Laura Hatch of Front Office Rocks gives tips and training for your office for a grand reopening. This is part two of our series “The Strategy for a Grand Re-Opening”
Laura Hatch is the CEO of Front Office Rocks/ Team Training
Being married to a dentist, she found herself managing a new startup in Baltimore and then again in Southern California. After seeing the same problems and need for continual training for the front office, she decided to create a team training that could be done anywhere.
After opening up in 2008 in one of the most challenging markets in the country, she has learned a lot about start-ups in challenging environments. The key is to have a great attitude first and foremost. The way it was may not happen quickly, but you can prepare. It’s a graduated system to get going.
First of all, you want to check in with your team. Who’s coming back, and who can’t come back due to issues with kids. Start with your schedule and look at our high-risk patients likely to cancel, also look for small business owners or people who have high travel jobs that will get back to work quickly. Look for those who have needed to come in and are ready. You also need to be mindful of who is eligible for their insurance. With many people losing their jobs, they may not be able to come in for treatment due to cost.
How do you approach team members that are hesitant? What was your culture before? You may choose not to invite some people back because other more qualified and high impact people will be available to hire.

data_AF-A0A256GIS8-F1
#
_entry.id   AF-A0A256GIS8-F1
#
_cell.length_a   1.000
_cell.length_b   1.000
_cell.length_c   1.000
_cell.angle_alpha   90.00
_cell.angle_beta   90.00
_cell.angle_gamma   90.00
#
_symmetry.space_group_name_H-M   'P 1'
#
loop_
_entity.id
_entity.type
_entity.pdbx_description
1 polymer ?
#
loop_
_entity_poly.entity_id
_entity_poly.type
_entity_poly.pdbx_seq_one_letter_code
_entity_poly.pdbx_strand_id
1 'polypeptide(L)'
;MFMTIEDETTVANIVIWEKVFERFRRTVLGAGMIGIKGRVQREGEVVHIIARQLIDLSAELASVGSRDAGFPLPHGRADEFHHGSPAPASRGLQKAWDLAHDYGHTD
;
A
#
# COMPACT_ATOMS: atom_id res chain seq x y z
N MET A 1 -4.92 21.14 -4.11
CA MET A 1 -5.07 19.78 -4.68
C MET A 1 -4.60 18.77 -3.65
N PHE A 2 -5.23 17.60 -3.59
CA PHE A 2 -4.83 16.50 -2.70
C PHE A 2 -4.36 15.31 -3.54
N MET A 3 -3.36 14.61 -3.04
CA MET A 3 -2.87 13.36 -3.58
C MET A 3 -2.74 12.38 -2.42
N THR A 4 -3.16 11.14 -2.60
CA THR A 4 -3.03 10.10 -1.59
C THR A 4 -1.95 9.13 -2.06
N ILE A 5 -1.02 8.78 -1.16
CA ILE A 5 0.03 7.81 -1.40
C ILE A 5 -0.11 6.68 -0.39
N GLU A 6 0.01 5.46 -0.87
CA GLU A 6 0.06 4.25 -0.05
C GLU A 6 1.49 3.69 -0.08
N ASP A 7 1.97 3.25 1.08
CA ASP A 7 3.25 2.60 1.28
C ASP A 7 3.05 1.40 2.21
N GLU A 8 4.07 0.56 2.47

What advice do you have for startups? If you were a recent startup, keep running with what you’ve got. You were probably already working on social media, technology, and acquiring new patients.
What should we do about new laws and regulations? We don’t know how those will look currently, but we do not it will be a slow open. Lengthen the appointments to reconnect with patients, address new safety precautions, and give the patient assurances of their safety. In the front, we are not sure what changes will be necessary, and we will need to refresh ourselves on the operations and safety measures.
Be mindful that some patients may be very scared. Turn off the news in your offices and keep the environment positive.
Communication, team building, and anti-drama training is a great place to put your time. Another great training is productive scheduling and case acceptance. The last thing is to go over things that were giving you headaches before the closure to correct the issue before opening.
How should we handle the modules? Have the team watch the same videos on their own, then set up a meeting on how to implement it in your practice.
What about a curbside waiting room? It is a reception area, not a waiting room. There should be an adaptation based on the patient unless you prefer otherwise.
What about high-risk patients having a designated time? That can be a great idea. We need to look at how we can adapt to accommodate as many people as possible. It doesn’t matter what anyone else does, just do what works for you and your team.
How should we keep the training momentum going after we reopen? New hires need one hour minimum training per day. For current team members, it is one hour a week on any kind of training skills. The recommended time is either first thing in the morning or right after lunch so that it doesn’t interrupt production. You can also do it during a huddle or during cancellations. Team meeting times are a great time to apply the information as well. If you don’t schedule it, it doesn’t happen. Just get the person away from the production area. Doctors need to lead by example.
How do I keep my team motivated? Ask your team what they want to work on to improve. Her next event will be in June in Indianapolis that will be live-streamed.
Go to www.frontofficerocks.com/laura to reach out to her team for information and don’t forget about the Nifty Deal
What do you suggest to help get through this time? Use this to come out of it as a better person.